Today’s post-production industry faces many substantial challenges—from constant pressure for operational efficiency to managing an ever-increasing amount of footage generated by a wide array of cameras. Post-production houses need storage and editing solutions that not only provide the flexibility and adaptability necessary to increase the volume of work, but minimize the amount of time doing it.
Media storage has become a key player in helping to meet that challenge, emerging from the back room to take an increasingly prominent position in maximizing ROI.
Keeping balance sheets on an even keel by attracting new customers and ensuring current customers keep coming back is now tantamount to the success of companies like U.K.-based Films@59. That’s why the post-production house signed up to become a beta test site vendor for a new Avid ISIS shared storage system.
New storage solution put to the test
Films@59 has enjoyed tremendous success in recent years, with accolades that include winning Best Children’s Series at the 2010 British Animation Awards for Shaun the Sheep: Ewe've Been Framed. So understandably, the studio was at first hesitant to move its core series and long-form programming to a new workflow.
But Ian Burling, head of technical services at Films@59, elected to move ahead readily, starting with shorter jobs for which they had been using a non-Avid solution—Final Cut Pro—to test the technology itself, as well as the interoperability of the system.
ISIS passed with flying colors, bringing Media Composer and Final Cut Pro together with unprecedented ease. ISIS demonstrated its ability to serve as a single source of storage for any customer, no matter what editing systems they’re using. And not only did ISIS prove valuable in terms of interoperability, it provided Films@59 with the most powerful and flexible storage solution in the industry.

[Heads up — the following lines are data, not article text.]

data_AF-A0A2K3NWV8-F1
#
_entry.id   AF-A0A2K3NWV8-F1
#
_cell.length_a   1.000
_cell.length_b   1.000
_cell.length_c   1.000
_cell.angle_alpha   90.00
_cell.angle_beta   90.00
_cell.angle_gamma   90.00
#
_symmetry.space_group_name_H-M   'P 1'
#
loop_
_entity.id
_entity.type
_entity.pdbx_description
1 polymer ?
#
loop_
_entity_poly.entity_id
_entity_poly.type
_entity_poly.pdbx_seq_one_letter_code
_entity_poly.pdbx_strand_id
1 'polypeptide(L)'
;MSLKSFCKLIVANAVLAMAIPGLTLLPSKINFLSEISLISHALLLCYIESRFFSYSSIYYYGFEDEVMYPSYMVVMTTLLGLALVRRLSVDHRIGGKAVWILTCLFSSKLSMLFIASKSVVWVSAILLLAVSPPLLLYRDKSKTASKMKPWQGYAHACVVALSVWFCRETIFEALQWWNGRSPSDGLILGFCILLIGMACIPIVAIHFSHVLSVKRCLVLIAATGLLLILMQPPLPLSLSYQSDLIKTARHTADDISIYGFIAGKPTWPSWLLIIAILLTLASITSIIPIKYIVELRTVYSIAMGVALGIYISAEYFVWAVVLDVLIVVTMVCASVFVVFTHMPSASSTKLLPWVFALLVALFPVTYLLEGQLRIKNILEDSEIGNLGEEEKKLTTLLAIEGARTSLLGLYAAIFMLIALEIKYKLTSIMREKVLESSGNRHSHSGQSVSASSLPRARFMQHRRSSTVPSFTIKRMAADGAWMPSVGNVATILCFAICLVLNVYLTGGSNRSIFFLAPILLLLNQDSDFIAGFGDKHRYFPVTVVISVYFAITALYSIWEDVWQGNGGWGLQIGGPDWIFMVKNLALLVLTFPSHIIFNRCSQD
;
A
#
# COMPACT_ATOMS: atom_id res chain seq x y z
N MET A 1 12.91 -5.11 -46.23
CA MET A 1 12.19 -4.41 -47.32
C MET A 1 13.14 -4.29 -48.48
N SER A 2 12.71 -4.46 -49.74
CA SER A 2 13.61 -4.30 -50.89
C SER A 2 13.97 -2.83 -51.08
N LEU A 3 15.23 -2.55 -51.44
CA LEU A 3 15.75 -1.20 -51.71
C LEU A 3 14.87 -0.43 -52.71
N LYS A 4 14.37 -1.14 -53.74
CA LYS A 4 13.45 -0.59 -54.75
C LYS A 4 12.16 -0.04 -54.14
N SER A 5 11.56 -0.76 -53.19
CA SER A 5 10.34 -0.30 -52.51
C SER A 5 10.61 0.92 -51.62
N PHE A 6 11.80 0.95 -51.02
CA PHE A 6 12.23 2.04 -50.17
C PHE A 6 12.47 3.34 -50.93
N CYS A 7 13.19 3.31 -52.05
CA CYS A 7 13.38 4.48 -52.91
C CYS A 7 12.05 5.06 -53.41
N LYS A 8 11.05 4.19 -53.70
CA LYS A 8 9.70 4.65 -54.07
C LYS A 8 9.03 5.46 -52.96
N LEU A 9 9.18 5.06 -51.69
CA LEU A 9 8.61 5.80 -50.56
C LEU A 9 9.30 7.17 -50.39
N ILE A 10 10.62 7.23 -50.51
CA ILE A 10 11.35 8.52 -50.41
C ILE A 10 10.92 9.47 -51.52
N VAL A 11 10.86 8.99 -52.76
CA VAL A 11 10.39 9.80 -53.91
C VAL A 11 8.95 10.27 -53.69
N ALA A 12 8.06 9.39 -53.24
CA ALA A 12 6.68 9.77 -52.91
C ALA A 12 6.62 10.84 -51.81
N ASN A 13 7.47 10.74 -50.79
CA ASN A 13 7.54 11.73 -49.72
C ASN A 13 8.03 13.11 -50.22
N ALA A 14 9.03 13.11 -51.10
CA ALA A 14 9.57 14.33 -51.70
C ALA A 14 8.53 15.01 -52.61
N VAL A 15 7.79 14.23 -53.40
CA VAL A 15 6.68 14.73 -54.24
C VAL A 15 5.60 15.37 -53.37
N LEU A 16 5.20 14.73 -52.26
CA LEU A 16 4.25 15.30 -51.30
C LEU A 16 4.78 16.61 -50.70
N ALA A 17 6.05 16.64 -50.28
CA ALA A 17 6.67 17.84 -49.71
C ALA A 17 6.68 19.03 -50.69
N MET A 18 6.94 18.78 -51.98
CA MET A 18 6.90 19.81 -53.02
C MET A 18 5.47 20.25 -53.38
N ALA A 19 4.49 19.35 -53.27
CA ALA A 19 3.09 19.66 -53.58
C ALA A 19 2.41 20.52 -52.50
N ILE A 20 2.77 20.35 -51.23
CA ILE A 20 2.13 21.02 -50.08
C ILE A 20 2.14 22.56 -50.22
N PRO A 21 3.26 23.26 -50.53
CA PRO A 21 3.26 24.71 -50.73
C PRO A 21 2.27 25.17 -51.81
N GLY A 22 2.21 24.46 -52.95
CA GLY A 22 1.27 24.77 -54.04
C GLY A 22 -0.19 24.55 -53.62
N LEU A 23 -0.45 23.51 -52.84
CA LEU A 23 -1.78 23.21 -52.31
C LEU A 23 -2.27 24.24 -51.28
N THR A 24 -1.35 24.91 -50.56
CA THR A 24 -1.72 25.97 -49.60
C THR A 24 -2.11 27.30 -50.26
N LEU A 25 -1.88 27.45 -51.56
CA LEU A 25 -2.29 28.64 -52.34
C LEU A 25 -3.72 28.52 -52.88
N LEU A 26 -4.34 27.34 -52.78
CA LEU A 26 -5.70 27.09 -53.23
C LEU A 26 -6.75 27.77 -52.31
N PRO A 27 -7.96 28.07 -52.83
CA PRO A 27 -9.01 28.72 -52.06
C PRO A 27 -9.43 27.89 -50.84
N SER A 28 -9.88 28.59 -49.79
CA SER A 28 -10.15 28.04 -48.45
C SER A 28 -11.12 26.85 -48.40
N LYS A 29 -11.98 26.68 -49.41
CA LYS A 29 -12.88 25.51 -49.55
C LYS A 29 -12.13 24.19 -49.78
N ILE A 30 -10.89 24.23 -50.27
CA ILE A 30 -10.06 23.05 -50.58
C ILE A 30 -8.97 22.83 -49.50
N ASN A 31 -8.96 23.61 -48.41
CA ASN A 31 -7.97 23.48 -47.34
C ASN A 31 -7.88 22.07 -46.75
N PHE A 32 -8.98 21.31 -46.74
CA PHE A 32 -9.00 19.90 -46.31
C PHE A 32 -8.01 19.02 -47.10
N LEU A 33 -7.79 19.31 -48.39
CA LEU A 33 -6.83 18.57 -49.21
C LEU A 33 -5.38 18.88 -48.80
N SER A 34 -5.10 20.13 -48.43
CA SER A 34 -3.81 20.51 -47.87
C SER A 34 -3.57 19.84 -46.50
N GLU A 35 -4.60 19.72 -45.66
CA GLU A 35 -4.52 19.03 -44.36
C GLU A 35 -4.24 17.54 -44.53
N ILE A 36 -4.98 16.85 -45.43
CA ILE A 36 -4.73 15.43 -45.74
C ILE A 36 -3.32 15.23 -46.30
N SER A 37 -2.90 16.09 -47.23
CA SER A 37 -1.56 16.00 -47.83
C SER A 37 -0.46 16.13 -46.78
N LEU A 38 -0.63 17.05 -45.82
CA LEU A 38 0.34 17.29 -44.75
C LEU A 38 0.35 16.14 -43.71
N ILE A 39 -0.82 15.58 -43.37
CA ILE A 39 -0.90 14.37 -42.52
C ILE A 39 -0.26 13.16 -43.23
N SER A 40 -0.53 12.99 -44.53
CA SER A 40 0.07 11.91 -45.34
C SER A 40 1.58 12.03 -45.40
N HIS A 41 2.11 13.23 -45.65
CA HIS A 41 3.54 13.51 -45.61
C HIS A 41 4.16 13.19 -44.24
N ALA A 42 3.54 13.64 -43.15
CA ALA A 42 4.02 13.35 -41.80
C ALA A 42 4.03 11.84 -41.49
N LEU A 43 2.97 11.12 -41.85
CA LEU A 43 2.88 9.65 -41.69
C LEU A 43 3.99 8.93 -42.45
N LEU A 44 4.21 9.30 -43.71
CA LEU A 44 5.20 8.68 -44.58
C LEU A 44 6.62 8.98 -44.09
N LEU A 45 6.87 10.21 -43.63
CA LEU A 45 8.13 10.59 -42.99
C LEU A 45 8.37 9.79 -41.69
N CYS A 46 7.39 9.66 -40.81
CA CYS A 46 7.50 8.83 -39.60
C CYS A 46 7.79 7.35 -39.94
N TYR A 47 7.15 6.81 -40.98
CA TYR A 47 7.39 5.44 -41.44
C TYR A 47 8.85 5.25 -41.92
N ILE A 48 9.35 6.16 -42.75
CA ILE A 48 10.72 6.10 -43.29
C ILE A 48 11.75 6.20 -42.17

“Whether clients decide to edit with Media Composer or Final Cut, it has extended the ability of all our contributors to move media around a variety of systems,” Burling explains. “The ability of ISIS to provide platform-agnostic storage has allowed us to move media with much greater agility and ease. Flexibility has always been our number one priority as a post house.”
Since Films@59 had been a longtime user of Avid Unity MediaNet storage systems, it was familiar with the core functionality of the new ISIS system. When the facility began using ISIS, it immediately improved workflow efficiency by enabling both Avid and non-Avid systems to function to their full potential.
“This new ISIS dramatically increased our productivity by doing a lot of key things very well—like opening up bandwidth and allowing us to open and save projects faster,” Burling explains.
It’s that easy
For post-production houses of any size, reliability and ease of use are key concerns. Films@59 found that the ISIS not only worked seamlessly, but was intuitive and easy to set-up. This allowed the facility to integrate ISIS into its existing infrastructure with ease.